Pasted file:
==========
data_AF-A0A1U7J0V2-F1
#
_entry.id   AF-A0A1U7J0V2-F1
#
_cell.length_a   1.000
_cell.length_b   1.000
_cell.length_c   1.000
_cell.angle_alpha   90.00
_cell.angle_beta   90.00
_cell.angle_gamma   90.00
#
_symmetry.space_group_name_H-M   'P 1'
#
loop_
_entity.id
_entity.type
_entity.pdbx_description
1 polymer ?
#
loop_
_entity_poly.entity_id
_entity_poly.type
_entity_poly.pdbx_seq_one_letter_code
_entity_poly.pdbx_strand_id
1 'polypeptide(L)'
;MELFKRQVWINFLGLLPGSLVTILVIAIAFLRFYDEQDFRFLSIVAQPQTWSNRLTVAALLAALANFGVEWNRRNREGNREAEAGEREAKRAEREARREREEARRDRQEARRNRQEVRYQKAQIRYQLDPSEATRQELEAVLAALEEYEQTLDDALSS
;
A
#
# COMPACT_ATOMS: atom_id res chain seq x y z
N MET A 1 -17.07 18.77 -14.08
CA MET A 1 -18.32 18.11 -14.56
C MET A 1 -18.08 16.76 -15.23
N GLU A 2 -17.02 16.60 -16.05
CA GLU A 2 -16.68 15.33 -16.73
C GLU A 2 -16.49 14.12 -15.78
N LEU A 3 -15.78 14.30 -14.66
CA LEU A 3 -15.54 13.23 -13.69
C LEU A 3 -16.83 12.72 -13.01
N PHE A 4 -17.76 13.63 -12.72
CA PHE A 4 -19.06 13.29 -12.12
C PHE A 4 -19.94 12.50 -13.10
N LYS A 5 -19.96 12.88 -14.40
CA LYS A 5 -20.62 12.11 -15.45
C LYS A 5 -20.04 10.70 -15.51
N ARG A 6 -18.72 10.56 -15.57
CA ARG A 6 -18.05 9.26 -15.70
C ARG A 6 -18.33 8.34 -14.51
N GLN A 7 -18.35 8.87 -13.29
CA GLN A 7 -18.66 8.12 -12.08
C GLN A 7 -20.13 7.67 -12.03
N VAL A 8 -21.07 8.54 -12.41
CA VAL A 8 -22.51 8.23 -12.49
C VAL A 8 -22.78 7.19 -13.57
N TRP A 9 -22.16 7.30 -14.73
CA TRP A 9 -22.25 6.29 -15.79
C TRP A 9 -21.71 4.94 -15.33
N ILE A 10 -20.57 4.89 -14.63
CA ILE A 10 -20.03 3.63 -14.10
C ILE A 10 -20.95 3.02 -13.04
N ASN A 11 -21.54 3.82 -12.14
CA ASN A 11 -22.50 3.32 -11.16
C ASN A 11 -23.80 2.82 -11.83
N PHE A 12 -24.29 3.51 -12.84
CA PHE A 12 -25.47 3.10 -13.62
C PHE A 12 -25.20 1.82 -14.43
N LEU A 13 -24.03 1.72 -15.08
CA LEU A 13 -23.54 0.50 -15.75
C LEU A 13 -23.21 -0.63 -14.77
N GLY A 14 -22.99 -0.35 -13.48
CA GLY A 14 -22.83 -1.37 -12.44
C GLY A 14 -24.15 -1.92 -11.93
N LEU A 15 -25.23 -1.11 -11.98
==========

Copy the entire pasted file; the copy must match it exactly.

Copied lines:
data_AF-A0A1U7J0V2-F1
#
_entry.id   AF-A0A1U7J0V2-F1
#
_cell.length_a   1.000
_cell.length_b   1.000
_cell.length_c   1.000
_cell.angle_alpha   90.00
_cell.angle_beta   90.00
_cell.angle_gamma   90.00
#
_symmetry.space_group_name_H-M   'P 1'
#
loop_
_entity.id
_entity.type
_entity.pdbx_description
1 polymer ?
#
loop_
_entity_poly.entity_id
_entity_poly.type
_entity_poly.pdbx_seq_one_letter_code
_entity_poly.pdbx_strand_id
1 'polypeptide(L)'
;MELFKRQVWINFLGLLPGSLVTILVIAIAFLRFYDEQDFRFLSIVAQPQTWSNRLTVAALLAALANFGVEWNRRNREGNREAEAGEREAKRAEREARREREEARRDRQEARRNRQEVRYQKAQIRYQLDPSEATRQELEAVLAALEEYEQTLDDALSS
;
A
#
# COMPACT_ATOMS: atom_id res chain seq x y z
N MET A 1 -17.07 18.77 -14.08
CA MET A 1 -18.32 18.11 -14.56
C MET A 1 -18.08 16.76 -15.23
N GLU A 2 -17.02 16.60 -16.05
CA GLU A 2 -16.68 15.33 -16.73
C GLU A 2 -16.49 14.12 -15.78
N LEU A 3 -15.78 14.30 -14.66
CA LEU A 3 -15.54 13.23 -13.69
C LEU A 3 -16.83 12.72 -13.01
N PHE A 4 -17.76 13.63 -12.72
CA PHE A 4 -19.06 13.29 -12.12
C PHE A 4 -19.94 12.50 -13.10
N LYS A 5 -19.96 12.88 -14.40
CA LYS A 5 -20.62 12.11 -15.45
C LYS A 5 -20.04 10.70 -15.51
N ARG A 6 -18.72 10.56 -15.57
CA ARG A 6 -18.05 9.26 -15.70
C ARG A 6 -18.33 8.34 -14.51
N GLN A 7 -18.35 8.87 -13.29
CA GLN A 7 -18.66 8.12 -12.08
C GLN A 7 -20.13 7.67 -12.03
N VAL A 8 -21.07 8.54 -12.41
CA VAL A 8 -22.51 8.23 -12.49
C VAL A 8 -22.78 7.19 -13.57
N TRP A 9 -22.16 7.30 -14.73
CA TRP A 9 -22.25 6.29 -15.79
C TRP A 9 -21.71 4.94 -15.33
N ILE A 10 -20.57 4.89 -14.63
CA ILE A 10 -20.03 3.63 -14.10
C ILE A 10 -20.95 3.02 -13.04
N ASN A 11 -21.54 3.82 -12.14
CA ASN A 11 -22.50 3.32 -11.16
C ASN A 11 -23.80 2.82 -11.83
N PHE A 12 -24.29 3.51 -12.84
CA PHE A 12 -25.47 3.10 -13.62
C PHE A 12 -25.20 1.82 -14.43
N LEU A 13 -24.03 1.72 -15.08
CA LEU A 13 -23.54 0.50 -15.75
C LEU A 13 -23.21 -0.63 -14.77
N GLY A 14 -22.99 -0.35 -13.48
CA GLY A 14 -22.83 -1.37 -12.44
C GLY A 14 -24.15 -1.92 -11.93
N LEU A 15 -25.23 -1.11 -11.98